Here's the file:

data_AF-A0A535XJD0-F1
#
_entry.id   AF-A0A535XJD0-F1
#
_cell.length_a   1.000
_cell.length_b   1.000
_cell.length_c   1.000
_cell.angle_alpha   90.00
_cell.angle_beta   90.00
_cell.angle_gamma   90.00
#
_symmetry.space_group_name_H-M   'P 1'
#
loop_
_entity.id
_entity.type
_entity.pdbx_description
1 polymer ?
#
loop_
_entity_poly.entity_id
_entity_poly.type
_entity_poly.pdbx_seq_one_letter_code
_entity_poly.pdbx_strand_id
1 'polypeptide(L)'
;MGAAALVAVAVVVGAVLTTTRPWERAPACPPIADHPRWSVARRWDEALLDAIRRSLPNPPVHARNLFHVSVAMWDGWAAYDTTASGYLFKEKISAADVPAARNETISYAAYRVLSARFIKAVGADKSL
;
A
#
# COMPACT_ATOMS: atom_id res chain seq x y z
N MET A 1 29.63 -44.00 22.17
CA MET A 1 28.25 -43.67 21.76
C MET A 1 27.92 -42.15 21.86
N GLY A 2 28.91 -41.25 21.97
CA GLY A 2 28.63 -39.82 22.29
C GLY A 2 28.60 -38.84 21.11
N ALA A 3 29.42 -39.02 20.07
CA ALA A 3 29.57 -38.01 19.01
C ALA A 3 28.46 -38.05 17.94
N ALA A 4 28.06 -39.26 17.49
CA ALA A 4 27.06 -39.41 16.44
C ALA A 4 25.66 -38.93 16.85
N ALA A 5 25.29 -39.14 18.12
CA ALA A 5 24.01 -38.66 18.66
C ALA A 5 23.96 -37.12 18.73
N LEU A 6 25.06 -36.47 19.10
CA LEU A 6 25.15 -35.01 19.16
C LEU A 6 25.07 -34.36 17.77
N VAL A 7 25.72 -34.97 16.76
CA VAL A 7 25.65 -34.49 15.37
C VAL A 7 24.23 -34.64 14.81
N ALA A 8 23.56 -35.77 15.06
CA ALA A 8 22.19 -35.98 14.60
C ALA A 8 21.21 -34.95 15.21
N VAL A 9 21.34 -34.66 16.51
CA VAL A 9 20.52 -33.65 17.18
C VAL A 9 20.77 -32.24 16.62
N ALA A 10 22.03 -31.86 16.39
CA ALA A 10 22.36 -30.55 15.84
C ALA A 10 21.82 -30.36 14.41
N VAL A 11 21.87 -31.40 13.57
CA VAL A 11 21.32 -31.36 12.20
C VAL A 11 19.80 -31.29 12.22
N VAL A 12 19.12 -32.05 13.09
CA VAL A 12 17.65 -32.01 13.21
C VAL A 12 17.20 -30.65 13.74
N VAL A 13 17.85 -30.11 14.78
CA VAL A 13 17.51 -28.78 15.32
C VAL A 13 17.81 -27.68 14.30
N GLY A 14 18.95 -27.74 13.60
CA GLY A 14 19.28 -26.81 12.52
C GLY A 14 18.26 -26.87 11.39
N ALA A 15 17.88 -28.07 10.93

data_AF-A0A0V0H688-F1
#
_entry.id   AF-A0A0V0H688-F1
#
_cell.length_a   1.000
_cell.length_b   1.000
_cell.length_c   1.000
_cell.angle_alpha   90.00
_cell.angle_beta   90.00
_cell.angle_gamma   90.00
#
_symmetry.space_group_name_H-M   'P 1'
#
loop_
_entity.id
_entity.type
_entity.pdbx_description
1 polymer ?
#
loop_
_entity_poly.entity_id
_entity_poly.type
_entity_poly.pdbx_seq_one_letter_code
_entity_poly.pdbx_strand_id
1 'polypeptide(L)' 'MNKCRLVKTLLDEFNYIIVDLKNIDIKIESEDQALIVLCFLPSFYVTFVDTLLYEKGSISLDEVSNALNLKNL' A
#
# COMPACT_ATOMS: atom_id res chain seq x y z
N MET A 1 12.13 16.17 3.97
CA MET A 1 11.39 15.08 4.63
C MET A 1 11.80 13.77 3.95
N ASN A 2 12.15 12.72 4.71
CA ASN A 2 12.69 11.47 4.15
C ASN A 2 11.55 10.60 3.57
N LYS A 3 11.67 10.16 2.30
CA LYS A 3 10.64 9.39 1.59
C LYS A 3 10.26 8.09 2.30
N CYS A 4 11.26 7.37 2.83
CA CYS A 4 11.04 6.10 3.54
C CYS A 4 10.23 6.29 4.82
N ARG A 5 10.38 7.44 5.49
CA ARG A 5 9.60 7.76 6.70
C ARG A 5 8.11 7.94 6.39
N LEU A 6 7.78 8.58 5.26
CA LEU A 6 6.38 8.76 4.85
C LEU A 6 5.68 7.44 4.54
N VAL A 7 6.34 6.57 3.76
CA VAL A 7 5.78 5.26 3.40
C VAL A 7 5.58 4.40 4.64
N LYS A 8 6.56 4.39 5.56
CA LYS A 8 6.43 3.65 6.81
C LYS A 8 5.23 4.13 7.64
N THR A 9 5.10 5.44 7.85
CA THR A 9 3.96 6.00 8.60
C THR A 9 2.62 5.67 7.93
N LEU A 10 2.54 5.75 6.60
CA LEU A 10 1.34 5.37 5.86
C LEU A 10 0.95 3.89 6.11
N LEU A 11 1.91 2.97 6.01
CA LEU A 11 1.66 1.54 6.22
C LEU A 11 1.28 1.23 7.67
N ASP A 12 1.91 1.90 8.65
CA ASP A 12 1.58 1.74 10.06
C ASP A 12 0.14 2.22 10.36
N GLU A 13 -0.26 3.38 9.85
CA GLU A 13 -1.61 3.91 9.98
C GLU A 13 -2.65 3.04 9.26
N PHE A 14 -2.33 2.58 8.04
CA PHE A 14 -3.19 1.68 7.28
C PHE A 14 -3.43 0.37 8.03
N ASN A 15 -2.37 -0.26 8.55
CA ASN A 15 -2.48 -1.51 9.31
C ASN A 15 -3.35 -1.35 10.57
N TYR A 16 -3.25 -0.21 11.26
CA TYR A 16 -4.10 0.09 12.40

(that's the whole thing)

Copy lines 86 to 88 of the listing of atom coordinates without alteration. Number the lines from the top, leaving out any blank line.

#
loop_
_entity.id